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Explainer-Several parts of the U.S. yield curve are inverted: what does it tell us?

Explainer-Several parts of the U.S. yield curve are inverted: what does it tell us?
© Reuters. FILE PHOTO: People are seen on Wall Street outside the New York Stock Exchange (NYSE) in New York City, U.S., March 19, 2021. REUTERS/Brendan McDermid

By Davide Barbuscia and David Randall

NEW YORK (Reuters) – As the market widely anticipates the U.S. Federal Reserve to hike interest rates by another 75 basis points this week, several parts of the U.S. Treasury yield curve point to an upcoming recession.

The U.S. central bank has hiked interest rates aggressively this year to fight inflation. Curve inversions essentially reflect traders’ expectations that the Fed will need to cut rates later on to help an economy hurt by higher borrowing costs. The Fed is on Wednesday expected to hike its target overnight lending rate to a 3.75%-4.00% range.

Yields on two-year Treasuries have been significantly above those of 10-year Treasuries since early July. Other parts of the curve that the Fed sees as more reliable warnings an economic contraction is expected have also inverted, or have flattened significantly, in recent weeks.

Here is a quick primer on what a steep, flat or inverted yield curve means, how it has predicted recession, and what it might be signaling now. WHAT SHOULD THE CURVE LOOK LIKE? The U.S. Treasury finances federal government budget obligations by issuing various forms of debt. The $24 trillion Treasury market includes bills that mature in one month to one year, two- to 10-year notes, and 20- and 30-year bonds. The yield curve, which plots the return on all Treasury securities, typically slopes upward as the payout increases with the duration. Yields move inversely to prices. A steepening curve typically signals expectations for stronger economic activity, higher inflation, and higher interest rates. A flattening curve can mean investors expect near-term rate hikes and are pessimistic about economic growth further ahead.

HOW DOES THE CURVE LOOK NOW?

Investors watch parts of the yield curve as recession indicators, primarily the spread between three-month Treasury bills and 10-year notes, and the two- to 10-year (2/10) segment.

Yields on two-year Treasuries stood at 4.523% on Tuesday while the 10-year were at 4.035%. That curve has been in deep negative territory for several months now.

The curve plotting yields of three-month bills against those of 10-year notes, which had already inverted in intraday trading in July, has turned negative late last month, closing inverted for the first time since early 2020. That negative yield spread stood at -12.1 basis points on Tuesday.

Another part of the curve that Fed Chair Jerome Powell has indicated as a more reliable harbinger of recession has flattened significantly, and some analysts said it could invert soon. What Fed economists call near-term forward yield spreads – namely the differential between the three-month Treasury yield and what the market expects that yield to be in 18 months – stood at around 25 basis points on Tuesday.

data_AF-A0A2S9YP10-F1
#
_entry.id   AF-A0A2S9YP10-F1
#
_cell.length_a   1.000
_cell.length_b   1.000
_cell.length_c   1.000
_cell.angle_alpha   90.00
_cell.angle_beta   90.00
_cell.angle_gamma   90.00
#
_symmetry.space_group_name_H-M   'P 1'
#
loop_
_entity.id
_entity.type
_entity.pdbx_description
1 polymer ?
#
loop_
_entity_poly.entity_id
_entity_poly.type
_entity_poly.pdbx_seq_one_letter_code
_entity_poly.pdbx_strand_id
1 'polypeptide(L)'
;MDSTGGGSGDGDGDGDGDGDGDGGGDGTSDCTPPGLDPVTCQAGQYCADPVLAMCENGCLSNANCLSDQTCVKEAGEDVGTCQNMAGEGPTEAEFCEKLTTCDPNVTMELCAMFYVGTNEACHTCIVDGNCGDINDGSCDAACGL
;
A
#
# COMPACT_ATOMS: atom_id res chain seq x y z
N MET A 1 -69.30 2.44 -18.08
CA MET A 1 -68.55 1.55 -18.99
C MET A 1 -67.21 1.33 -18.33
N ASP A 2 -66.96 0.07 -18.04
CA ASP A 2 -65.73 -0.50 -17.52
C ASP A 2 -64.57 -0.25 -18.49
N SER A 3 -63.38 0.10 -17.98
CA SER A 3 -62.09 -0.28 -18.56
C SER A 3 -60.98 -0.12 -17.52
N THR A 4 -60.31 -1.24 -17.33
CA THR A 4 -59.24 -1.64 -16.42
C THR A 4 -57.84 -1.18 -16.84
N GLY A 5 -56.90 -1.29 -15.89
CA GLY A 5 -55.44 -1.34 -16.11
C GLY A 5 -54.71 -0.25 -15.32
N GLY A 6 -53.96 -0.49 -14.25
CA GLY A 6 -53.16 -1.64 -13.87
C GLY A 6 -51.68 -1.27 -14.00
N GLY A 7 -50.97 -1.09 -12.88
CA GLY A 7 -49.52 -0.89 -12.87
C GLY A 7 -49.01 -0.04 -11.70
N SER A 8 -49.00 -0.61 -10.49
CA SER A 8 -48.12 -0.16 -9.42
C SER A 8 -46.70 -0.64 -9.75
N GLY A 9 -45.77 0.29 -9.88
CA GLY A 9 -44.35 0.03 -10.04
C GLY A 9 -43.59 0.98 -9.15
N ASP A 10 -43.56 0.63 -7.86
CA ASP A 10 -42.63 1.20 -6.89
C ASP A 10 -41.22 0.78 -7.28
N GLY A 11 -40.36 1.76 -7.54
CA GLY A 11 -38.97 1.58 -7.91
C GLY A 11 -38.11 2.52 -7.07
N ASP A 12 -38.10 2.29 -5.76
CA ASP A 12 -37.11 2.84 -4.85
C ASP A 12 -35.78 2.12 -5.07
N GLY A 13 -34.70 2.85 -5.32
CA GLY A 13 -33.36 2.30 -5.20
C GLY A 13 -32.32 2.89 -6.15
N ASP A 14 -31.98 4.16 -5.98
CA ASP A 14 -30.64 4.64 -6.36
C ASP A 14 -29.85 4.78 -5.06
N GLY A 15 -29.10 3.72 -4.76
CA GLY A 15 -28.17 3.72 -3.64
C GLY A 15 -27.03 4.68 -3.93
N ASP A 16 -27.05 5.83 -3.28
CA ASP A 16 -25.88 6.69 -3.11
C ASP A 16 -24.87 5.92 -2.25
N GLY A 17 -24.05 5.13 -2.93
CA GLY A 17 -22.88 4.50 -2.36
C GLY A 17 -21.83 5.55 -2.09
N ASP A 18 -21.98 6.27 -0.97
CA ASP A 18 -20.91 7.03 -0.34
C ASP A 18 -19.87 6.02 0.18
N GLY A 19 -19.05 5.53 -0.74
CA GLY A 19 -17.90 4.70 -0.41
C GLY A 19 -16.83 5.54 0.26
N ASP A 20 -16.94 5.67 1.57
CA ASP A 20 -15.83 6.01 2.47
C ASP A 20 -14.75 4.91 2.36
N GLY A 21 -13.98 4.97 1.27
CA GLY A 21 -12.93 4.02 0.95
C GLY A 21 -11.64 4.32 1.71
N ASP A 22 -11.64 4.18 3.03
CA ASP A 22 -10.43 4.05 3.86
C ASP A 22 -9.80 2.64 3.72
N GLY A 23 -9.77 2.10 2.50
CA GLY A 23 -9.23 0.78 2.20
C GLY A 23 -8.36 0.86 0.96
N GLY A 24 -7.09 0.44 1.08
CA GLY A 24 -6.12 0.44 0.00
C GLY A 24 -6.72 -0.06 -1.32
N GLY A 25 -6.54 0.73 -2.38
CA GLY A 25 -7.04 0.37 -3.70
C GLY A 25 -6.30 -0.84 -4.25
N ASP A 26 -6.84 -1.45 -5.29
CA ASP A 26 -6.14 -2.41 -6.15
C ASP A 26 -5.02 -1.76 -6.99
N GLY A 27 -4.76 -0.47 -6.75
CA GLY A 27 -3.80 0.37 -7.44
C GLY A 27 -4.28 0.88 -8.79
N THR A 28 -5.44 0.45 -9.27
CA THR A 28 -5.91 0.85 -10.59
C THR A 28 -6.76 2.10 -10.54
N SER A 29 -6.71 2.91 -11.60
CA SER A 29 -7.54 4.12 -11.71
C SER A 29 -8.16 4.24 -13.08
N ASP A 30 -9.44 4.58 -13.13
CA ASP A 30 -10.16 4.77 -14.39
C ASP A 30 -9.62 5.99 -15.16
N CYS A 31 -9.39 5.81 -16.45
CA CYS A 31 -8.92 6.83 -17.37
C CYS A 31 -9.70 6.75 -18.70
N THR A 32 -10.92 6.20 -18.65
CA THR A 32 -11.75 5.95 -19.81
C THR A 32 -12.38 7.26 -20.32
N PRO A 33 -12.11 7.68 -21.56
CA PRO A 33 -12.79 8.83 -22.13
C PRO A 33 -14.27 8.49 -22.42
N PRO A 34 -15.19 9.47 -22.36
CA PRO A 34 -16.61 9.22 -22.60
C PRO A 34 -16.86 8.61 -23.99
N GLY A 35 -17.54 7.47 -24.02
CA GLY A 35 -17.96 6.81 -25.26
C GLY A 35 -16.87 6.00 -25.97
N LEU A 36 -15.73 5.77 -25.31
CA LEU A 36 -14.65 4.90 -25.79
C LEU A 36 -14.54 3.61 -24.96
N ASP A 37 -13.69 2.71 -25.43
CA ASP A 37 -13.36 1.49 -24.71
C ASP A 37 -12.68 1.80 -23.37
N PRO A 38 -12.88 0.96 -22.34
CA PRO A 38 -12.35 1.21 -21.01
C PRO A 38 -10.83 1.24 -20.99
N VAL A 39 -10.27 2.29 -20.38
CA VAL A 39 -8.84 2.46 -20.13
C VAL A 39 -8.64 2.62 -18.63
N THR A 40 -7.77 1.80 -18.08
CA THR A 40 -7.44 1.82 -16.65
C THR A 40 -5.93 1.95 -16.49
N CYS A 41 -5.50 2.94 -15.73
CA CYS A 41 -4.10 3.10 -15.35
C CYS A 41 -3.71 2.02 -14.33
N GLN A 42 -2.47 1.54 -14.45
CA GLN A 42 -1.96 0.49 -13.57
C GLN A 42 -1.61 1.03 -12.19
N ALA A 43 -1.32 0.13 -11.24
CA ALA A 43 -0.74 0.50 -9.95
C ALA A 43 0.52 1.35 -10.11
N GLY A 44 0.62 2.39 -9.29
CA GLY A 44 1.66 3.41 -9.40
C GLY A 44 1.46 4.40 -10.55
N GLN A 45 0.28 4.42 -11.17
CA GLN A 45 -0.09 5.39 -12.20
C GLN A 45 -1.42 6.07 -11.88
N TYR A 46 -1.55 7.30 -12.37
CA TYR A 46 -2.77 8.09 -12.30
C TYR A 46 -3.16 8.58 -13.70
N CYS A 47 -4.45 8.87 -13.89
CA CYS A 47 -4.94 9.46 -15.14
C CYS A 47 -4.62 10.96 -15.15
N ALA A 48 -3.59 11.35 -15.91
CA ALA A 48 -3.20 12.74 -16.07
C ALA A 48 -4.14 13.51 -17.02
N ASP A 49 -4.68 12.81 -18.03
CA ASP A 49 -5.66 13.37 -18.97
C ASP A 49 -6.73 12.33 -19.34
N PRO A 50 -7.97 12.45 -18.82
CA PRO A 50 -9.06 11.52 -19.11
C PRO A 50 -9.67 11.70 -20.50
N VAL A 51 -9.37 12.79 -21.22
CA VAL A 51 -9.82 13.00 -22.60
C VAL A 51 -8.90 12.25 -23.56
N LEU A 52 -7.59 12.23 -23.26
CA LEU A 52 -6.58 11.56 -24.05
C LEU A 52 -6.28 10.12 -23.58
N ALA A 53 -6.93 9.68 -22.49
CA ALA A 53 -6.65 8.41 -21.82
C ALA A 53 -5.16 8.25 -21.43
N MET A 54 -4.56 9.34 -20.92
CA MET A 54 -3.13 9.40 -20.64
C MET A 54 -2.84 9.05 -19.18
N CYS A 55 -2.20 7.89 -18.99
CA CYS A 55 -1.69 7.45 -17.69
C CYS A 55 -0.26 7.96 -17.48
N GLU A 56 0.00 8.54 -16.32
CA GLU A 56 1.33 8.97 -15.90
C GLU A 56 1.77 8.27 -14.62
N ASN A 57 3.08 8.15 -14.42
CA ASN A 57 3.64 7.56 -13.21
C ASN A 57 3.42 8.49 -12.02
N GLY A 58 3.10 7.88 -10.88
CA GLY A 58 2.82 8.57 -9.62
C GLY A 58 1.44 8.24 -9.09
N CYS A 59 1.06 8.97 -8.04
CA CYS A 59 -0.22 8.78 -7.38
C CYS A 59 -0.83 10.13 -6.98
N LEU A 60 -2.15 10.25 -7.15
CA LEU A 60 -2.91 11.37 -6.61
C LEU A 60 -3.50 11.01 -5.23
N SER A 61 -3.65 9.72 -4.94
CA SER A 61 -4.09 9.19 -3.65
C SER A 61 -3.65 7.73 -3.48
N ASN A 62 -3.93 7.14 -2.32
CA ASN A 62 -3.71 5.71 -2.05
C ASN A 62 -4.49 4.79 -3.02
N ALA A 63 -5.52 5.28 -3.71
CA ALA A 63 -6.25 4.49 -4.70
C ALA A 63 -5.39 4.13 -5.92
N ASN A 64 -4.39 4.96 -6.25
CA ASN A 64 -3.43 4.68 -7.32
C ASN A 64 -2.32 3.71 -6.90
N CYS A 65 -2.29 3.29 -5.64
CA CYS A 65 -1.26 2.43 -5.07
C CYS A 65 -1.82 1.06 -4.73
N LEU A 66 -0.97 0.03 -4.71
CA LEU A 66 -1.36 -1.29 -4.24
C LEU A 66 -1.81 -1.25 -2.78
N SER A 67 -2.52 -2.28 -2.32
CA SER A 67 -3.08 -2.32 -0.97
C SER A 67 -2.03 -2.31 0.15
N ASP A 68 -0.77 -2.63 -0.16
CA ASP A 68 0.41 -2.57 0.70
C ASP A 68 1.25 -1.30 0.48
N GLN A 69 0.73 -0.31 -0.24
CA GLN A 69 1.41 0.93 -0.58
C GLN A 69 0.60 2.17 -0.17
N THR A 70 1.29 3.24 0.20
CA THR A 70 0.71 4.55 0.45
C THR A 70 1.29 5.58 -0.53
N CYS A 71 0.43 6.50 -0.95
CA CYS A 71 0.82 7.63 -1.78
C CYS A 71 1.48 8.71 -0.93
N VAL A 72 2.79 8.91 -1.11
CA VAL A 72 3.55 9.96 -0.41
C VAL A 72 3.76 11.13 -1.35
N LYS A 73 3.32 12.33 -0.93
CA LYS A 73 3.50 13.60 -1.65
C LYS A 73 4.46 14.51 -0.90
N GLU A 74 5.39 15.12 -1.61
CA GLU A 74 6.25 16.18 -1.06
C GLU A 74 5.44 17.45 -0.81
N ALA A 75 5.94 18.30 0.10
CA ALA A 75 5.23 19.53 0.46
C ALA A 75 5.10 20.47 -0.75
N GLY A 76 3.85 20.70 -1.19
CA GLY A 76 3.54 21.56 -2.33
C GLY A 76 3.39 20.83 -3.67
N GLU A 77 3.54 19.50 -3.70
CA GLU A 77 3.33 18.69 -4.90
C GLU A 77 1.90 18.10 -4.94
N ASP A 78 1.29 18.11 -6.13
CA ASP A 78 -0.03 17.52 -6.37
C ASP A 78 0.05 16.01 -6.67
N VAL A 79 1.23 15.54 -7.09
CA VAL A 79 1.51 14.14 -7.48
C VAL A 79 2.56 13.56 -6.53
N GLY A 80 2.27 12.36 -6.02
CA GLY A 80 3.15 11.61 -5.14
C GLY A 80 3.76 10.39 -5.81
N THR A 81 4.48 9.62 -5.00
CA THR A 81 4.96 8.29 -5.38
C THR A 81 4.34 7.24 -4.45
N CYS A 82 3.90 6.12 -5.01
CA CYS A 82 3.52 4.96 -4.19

A similar curve, that shows a spread between where money markets expect the three-month federal funds rate to be in 18 months and the current three-month federal funds rate, inverted briefly in July and turned negative again late last month. That spread – measured through overnight indexed swap (OIS) rates, which reflect traders’ expectations on the federal funds rate – stood at about -16 basis points on Tuesday. WHAT DOES AN INVERTED CURVE MEAN?

The inversions suggest that while investors expect higher short-term rates, they may be growing nervous about the Fed’s ability to control inflation without significantly hurting growth. The Fed has already raised rates by 300 basis points this year.

The U.S. curve has inverted before each recession since 1955, with a recession following in six to 24 months, according to a 2018 report by researchers at the San Francisco Fed. It offered a false signal just once in that time. That research focused on the part of the curve between one- and 10-year yields.

Anu Gaggar, Global Investment Strategist for Commonwealth Financial Network, found that the 2/10 spread has inverted 28 times since 1900. In 22 of these instances, a recession followed, she said in June.

For the last six recessions, a recession on average began six to 36 months after the curve inverted, she said.

Before this year, the last time the 2/10 part of the curve inverted was in 2019. The following year, the United States entered a recession, albeit one caused by the pandemic. WHAT DOES THIS MEAN FOR THE REAL WORLD? While rate increases can be a weapon against inflation, they can also slow economic growth by raising borrowing costs for everything from mortgages to car loans. The yield curve also affects consumers and business. When short-term rates increase, U.S. banks raise benchmark rates for a wide range of consumer and commercial loans, including small business loans and credit cards, making borrowing more costly for consumers. Mortgage rates also rise. When the yield curve steepens, banks can borrow at lower rates and lend at higher rates. When the curve is flatter their margins are squeezed, which may deter lending.

Source: Investing.com

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